Blessed are you Lord our God
You call us to be lights in the world
and heralds of your love and peace.
As I work through this session
May I learn more of your call for me
and your call to the Church in your world
This session explores the call of God in the Bible. It begins by looking at the call of various biblical characters in the Old Testament and then moves on to the call of Jesus and his disciples in the New Testament.
Re-read the notes from the study day about the calls of biblical figures. What surprised you about those calls? What did you disagree with? Which do you most relate to?
Now read chapter 2 from Susan Jones book 'Listening to God's Call' (2014) which you will find as a pdf file in the resources section at the bottom of the page.
Watch the video opposite (or below on mobile phones).
Abram’s call was actually God’s call. Abram needed to do nothing except be faithful. In token of this he took on a new name and marked himself and the male side of his household physically as followers of God. However the call wasn’t in isolation. Abram’s life to that moment, and life thereafter, were all leading to God’s fulfilment of his covenant – Abram was on a journey…
Things To Think About
As you reflect on God’s call, spend some time reflecting on the idea of God’s call as a journey.
Use the 'To Do Box' on the top of page 7 of Listening to God's Call to reflect on your call in the light of the call of Abram.
Now listen to the opening track from the film Billy Elliott below. The lyrics of the song point to an understanding of Billy’s vocation as stretching from womb to tomb.
1. Do you think that some people might be called to express and develop one particular gift throughout their lives?
2. Can you think of any examples of such people? Reflect on the calls you've read about in the chapter or about the characters we touched on in the study day.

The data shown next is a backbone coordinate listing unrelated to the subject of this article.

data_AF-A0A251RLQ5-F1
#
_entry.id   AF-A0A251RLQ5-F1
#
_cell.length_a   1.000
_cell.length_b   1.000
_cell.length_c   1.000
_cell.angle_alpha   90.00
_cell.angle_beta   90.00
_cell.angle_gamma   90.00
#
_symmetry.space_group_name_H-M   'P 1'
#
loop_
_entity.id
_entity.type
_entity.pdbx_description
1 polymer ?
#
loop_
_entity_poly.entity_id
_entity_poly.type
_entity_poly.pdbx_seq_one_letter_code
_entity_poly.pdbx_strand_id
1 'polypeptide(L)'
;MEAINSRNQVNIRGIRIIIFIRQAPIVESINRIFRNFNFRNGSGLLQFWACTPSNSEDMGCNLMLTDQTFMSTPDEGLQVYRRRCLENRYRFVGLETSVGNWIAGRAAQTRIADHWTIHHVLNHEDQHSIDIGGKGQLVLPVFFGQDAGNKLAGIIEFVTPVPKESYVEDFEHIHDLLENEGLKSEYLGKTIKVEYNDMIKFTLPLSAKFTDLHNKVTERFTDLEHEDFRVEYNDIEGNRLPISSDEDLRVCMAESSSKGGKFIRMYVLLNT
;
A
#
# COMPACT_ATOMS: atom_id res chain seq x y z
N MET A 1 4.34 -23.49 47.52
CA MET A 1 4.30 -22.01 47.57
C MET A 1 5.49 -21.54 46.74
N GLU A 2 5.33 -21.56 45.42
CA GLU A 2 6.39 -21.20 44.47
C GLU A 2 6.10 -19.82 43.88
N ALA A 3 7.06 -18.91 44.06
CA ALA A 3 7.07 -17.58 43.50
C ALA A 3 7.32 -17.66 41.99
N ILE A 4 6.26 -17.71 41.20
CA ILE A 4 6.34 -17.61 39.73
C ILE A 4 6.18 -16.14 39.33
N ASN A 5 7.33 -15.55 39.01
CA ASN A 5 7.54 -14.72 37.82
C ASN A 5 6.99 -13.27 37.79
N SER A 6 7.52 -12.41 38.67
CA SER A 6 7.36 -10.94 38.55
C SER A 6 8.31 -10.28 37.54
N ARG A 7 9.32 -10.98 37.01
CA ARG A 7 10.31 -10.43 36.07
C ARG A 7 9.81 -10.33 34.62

3. Compare two of the biblical figures and their calls. How do they differ? In what ways are they similar?
4. Is there one way that God calls people?
If you would like to do some further thinking about this (but it's optional) use the To Do Box on page 15 of S Jones (2014) to guide your thoughts. You may also like to read the other article in the Resources section: Calling or Career.
Spotlight on Doctrine
During the Reformation, John Calvin, along with Martin Luther and others, helped Christians rediscover the biblical doctrine of work.
Calvin held a dynamic view of calling, believing that every Christian has a vocational calling to serve God in the world in every sphere of human existence, lending a new dignity and meaning to ordinary work.
He urged believers of his day to become salt and light in the world, thereby introducing a Christian presence and influence within their culture.
Spotlight on Spirituality
St Benedict, founder of the Benedictine order, wrote that it shouldn’t be difficult to encounter God – God should be easily visible all around us. This is the purpose of salt and light, to add our unique flavour to the things of God, and to shine the light of His presence in dark places. Is that true of you?
On what you have learned today. In what ways might you see your work as Salt and Light, a vocation from God to the world?
"You are the salt of the earth".
Sprinkle us across our town, God, across our world, to bring the flavour of your Kingdom wherever we go.
"You are the light of the world.”
Uncover the radiance that is within us, God, to shine the truth of your love wherever we go.
"Let your light shine before others”
So that everyone we meet may see our lives of worship and glorify you, our Father in heaven.
Something Practical To Do
Look for those in your Church and community who are particularly ‘salty’ or light filled. Think about (or even have a conversation with them about) what makes them so effective in their Christian service and what might give them the impetus to do what they do.
Share some of what you have found on the discussion board in the Forum (this post is required for those taking the assessment).
Listening to God's Call
Calling or Career?